−/Ø

−/Ø

−/Ø

−/Ø

−/Ø

+/−

−/Ø

−/Ø

−/Ø

Age

−/Ø

−/Ø

+/−

−/Ø

+/−

−/Ø

+/−

−/Ø

−/Ø

−/Ø

PS

Ø/Ø

Ø/Ø

+/+

+/+

+/+

+/+

+/+

−/Ø

+/+

+/+

WBC

−/Ø

−/Ø

−/Ø

+/+

−/Ø

−/Ø

−/Ø

+/+

−/Ø

−/Ø

Family history

−/Ø

−/Ø

−/Ø

−/Ø

+/+

−/Ø

−/Ø

−/Ø

−/Ø

−/Ø

Lymphocytes

−/Ø

−/Ø

−/Ø

+/−

−/Ø

−/Ø

−/Ø

−/Ø

−/Ø

−/Ø

Neutrophils

−/Ø

−/Ø

−/Ø

+/+

−/Ø

−/Ø

−/Ø

−/Ø

−/Ø

−/Ø

+/+=significant on both univariate and multivariate analysis; +/−=significant on univariate analysis, not significant on multivariate analysis; −/Ø=not significant on univariate analysis and not assessed on multivariate analysis; Ø/Ø= not studied, the parameters used were the same with Table 2 and factors with no statistical significance in variable subgroups were not shown.

Subgroup analysis showed that patients with male gender, KPS≤80 points, LDH≤216.5U/L, extensive disease and metastatic sites<2 can benefit more from ≥4 chemotherapy cycles (p<0.05 on uni- and multivariate analysis, Figure 2). In addition, patients with male gender, KPS>80 points, LDH≤216.5U/L, limited disease and metastatic sites<2 can benefit more from thoracic irradiation (Figure 3). Patients with PS>80 points and female gender can get survival benefits from more cycles of chemotherapy on univariate analysis (p<0.05), but it holds no significance on multivariate analysis. Patients with LDH>216.5U/L, limited disease and metastatic sites≥2 can get little benefits from more cycles of chemotherapy (p>0.05). Patients with KPS≤80 points, LDH>216.5 U/L, female gender and extensive disease can benefit from thoracic irradiation on univariate analysis (p<0.05), but it holds no significant difference on multivariate analysis. Patients with metastatic sites≥2 can get little benefit from the treatment of chemotherapy cycles≥4 and thoracic irradiation (p>0.05).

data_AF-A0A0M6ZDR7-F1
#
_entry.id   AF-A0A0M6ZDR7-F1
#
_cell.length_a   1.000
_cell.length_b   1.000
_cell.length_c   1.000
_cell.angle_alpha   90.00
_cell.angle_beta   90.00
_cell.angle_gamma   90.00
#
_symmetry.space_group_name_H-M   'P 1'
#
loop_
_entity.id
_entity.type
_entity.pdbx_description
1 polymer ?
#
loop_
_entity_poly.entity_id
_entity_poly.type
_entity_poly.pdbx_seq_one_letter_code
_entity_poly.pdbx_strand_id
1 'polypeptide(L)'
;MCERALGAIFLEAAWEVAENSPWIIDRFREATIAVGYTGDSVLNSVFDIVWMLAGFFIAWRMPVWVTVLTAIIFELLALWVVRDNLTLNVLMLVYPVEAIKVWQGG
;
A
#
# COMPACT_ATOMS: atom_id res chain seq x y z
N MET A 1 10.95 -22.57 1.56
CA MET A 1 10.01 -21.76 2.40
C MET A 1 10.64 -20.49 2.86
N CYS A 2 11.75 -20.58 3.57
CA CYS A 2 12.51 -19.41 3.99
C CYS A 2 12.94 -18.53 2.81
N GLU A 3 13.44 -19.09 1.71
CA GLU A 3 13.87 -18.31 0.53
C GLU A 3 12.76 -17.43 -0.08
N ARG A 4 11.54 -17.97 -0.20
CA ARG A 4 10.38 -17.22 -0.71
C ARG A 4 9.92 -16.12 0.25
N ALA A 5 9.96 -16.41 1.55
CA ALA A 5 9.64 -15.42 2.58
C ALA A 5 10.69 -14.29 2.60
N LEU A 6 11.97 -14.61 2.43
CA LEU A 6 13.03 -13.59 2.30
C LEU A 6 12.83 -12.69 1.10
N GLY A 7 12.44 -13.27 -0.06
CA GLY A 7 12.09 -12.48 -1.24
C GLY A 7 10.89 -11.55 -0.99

Patients with male gender, KPS&#x2264;80 points, LDH&#x2264;216.

Figure 2: Patients with male gender, KPS≤80 points, LDH≤216. 5U/L, extensive disease and metastatic sites<2 can benefit more from the management of etoposide and platinum-based chemotherapy (p<0.05 on uni- and multivariate analysis). MST, median survival time.

Patients with male gender, KPS&#x003E;80 points, LDH&#x2264;216.

Figure 3: Patients with male gender, KPS>80 points, LDH≤216. 5U/L, limited disease and metastatic sites<2 can benefit more from the treatment of thoracic irradiation (p<0.05 on uni- and multivariate analysis). MST, median survival time.

DISCUSSION